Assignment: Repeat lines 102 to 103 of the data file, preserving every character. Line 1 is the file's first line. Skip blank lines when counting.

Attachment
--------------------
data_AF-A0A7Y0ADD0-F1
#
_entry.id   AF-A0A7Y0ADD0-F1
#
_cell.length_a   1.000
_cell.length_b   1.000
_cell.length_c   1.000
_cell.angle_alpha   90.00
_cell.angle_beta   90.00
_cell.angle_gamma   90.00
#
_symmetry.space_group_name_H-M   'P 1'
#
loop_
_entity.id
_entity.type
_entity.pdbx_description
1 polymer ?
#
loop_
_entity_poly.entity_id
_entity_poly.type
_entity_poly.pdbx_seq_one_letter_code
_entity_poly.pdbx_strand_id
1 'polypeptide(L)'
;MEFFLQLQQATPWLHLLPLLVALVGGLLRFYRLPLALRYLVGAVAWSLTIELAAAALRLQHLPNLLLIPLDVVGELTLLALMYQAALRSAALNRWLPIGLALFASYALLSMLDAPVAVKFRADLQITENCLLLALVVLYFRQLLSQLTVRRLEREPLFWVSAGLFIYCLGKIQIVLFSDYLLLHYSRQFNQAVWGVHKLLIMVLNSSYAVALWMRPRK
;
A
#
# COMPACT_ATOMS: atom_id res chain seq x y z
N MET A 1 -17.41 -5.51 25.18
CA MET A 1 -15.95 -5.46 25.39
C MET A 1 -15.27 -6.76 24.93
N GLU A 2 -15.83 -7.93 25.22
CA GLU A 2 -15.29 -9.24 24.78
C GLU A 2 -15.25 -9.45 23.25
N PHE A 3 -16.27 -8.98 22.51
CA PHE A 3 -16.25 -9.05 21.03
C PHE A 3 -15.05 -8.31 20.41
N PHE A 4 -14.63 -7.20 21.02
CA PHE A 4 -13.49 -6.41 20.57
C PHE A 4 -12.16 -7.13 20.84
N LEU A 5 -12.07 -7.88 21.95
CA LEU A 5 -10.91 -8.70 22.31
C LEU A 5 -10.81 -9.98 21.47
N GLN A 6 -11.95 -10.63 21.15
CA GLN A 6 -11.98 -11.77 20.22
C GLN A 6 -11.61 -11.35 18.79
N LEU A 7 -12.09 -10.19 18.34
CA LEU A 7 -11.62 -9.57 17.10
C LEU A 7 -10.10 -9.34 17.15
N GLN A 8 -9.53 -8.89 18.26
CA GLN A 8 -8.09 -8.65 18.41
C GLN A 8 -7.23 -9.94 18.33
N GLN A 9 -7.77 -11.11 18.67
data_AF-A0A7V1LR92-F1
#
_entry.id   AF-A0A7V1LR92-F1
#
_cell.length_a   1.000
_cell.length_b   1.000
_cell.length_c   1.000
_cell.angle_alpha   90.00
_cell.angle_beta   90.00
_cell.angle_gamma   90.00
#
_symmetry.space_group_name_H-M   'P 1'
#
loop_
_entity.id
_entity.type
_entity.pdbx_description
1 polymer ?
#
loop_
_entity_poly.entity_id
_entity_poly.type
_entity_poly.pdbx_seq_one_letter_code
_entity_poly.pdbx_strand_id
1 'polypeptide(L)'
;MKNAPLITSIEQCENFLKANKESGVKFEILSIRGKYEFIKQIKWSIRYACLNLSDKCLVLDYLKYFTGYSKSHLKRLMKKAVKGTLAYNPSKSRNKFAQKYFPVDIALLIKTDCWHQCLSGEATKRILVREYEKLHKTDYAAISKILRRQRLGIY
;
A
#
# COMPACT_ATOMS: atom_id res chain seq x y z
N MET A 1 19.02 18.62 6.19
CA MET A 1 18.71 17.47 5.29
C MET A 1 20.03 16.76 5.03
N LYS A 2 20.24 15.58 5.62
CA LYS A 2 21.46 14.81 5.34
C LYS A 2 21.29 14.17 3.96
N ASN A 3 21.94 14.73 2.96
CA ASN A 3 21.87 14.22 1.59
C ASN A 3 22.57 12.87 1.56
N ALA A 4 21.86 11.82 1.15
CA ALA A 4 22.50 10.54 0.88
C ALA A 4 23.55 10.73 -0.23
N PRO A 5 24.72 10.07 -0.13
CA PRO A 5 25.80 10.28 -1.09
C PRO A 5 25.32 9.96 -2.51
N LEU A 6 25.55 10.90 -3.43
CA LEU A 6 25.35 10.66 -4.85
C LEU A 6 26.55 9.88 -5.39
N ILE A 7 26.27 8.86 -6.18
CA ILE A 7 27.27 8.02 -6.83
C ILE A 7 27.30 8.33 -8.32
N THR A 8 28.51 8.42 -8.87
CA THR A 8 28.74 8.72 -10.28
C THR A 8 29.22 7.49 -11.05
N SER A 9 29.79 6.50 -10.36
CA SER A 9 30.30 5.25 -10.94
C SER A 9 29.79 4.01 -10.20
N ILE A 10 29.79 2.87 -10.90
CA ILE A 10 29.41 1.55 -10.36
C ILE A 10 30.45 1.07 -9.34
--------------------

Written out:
CA LEU A 6 25.35 10.66 -4.85
C LEU A 6 26.55 9.88 -5.39